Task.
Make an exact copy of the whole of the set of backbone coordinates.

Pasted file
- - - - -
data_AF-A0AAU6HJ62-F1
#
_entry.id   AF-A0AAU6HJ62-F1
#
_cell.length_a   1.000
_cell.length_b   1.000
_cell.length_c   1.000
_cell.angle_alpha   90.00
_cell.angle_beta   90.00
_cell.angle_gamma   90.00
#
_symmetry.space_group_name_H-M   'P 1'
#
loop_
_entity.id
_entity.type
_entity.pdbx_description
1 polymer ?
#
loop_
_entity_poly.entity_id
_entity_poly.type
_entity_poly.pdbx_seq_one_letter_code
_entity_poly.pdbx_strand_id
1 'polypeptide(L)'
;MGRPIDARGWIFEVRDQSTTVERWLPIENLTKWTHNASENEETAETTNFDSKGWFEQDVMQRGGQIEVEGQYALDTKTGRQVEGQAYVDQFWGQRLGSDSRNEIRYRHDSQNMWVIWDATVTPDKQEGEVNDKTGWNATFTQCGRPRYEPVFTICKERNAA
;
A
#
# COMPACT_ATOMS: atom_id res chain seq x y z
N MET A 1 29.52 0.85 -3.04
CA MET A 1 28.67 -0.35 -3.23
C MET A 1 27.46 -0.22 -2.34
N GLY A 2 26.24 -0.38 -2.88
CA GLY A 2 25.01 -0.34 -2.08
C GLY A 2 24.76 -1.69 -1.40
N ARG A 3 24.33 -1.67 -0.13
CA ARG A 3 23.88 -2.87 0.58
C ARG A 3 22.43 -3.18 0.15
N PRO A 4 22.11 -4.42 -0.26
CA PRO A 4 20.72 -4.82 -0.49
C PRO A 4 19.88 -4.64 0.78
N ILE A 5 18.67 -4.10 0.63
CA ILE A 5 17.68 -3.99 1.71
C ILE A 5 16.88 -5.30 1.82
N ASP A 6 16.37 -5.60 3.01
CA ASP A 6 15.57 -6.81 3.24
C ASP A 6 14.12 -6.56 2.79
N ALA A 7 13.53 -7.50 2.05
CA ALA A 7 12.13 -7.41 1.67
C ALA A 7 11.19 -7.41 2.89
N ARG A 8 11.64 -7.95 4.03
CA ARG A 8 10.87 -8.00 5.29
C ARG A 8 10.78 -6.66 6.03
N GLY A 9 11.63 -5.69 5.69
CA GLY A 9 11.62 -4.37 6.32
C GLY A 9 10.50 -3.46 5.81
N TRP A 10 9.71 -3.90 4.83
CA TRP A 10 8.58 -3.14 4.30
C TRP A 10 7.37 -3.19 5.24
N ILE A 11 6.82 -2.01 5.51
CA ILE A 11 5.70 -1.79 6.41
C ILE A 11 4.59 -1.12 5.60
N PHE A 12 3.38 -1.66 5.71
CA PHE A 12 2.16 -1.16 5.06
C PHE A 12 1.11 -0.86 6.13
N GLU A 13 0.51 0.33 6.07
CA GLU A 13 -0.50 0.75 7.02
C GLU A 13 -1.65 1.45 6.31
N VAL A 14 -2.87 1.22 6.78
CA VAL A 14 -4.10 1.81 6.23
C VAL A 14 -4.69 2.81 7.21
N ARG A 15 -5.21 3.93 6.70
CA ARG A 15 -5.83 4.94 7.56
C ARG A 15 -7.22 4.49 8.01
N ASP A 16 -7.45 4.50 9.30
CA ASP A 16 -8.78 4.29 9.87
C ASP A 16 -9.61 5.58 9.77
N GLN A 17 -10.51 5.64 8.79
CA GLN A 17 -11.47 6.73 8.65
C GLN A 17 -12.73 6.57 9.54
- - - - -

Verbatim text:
data_AF-A0AAU6HJ62-F1
#
_entry.id   AF-A0AAU6HJ62-F1
#
_cell.length_a   1.000
_cell.length_b   1.000
_cell.length_c   1.000
_cell.angle_alpha   90.00
_cell.angle_beta   90.00
_cell.angle_gamma   90.00
#
_symmetry.space_group_name_H-M   'P 1'
#
loop_
_entity.id
_entity.type
_entity.pdbx_description
1 polymer ?
#
loop_
_entity_poly.entity_id
_entity_poly.type
_entity_poly.pdbx_seq_one_letter_code
_entity_poly.pdbx_strand_id
1 'polypeptide(L)'
;MGRPIDARGWIFEVRDQSTTVERWLPIENLTKWTHNASENEETAETTNFDSKGWFEQDVMQRGGQIEVEGQYALDTKTGRQVEGQAYVDQFWGQRLGSDSRNEIRYRHDSQNMWVIWDATVTPDKQEGEVNDKTGWNATFTQCGRPRYEPVFTICKERNAA
;
A
#
# COMPACT_ATOMS: atom_id res chain seq x y z
N MET A 1 29.52 0.85 -3.04
CA MET A 1 28.67 -0.35 -3.23
C MET A 1 27.46 -0.22 -2.34
N GLY A 2 26.24 -0.38 -2.88
CA GLY A 2 25.01 -0.34 -2.08
C GLY A 2 24.76 -1.69 -1.40
N ARG A 3 24.33 -1.67 -0.13
CA ARG A 3 23.88 -2.87 0.58
C ARG A 3 22.43 -3.18 0.15
N PRO A 4 22.11 -4.42 -0.26
CA PRO A 4 20.72 -4.82 -0.49
C PRO A 4 19.88 -4.64 0.78
N ILE A 5 18.67 -4.10 0.63
CA ILE A 5 17.68 -3.99 1.71
C ILE A 5 16.88 -5.30 1.82
N ASP A 6 16.37 -5.60 3.01
CA ASP A 6 15.57 -6.81 3.24
C ASP A 6 14.12 -6.56 2.79
N ALA A 7 13.53 -7.50 2.05
CA ALA A 7 12.13 -7.41 1.67
C ALA A 7 11.19 -7.41 2.89
N ARG A 8 11.64 -7.95 4.03
CA ARG A 8 10.87 -8.00 5.29
C ARG A 8 10.78 -6.66 6.03
N GLY A 9 11.63 -5.69 5.69
CA GLY A 9 11.62 -4.37 6.32
C GLY A 9 10.50 -3.46 5.81
N TRP A 10 9.71 -3.90 4.83
CA TRP A 10 8.58 -3.14 4.30
C TRP A 10 7.37 -3.19 5.24
N ILE A 11 6.82 -2.01 5.51
CA ILE A 11 5.70 -1.79 6.41
C ILE A 11 4.59 -1.12 5.60
N PHE A 12 3.38 -1.66 5.71
CA PHE A 12 2.16 -1.16 5.06
C PHE A 12 1.11 -0.86 6.13
N GLU A 13 0.51 0.33 6.07
CA GLU A 13 -0.50 0.75 7.02
C GLU A 13 -1.65 1.45 6.31
N VAL A 14 -2.87 1.22 6.78
CA VAL A 14 -4.10 1.81 6.23
C VAL A 14 -4.69 2.81 7.21
N ARG A 15 -5.21 3.93 6.70
CA ARG A 15 -5.83 4.94 7.56
C ARG A 15 -7.22 4.49 8.01
N ASP A 16 -7.45 4.50 9.30
CA ASP A 16 -8.78 4.29 9.87
C ASP A 16 -9.61 5.58 9.77
N GLN A 17 -10.51 5.64 8.79
CA GLN A 17 -11.47 6.73 8.65
C GLN A 17 -12.73 6.57 9.54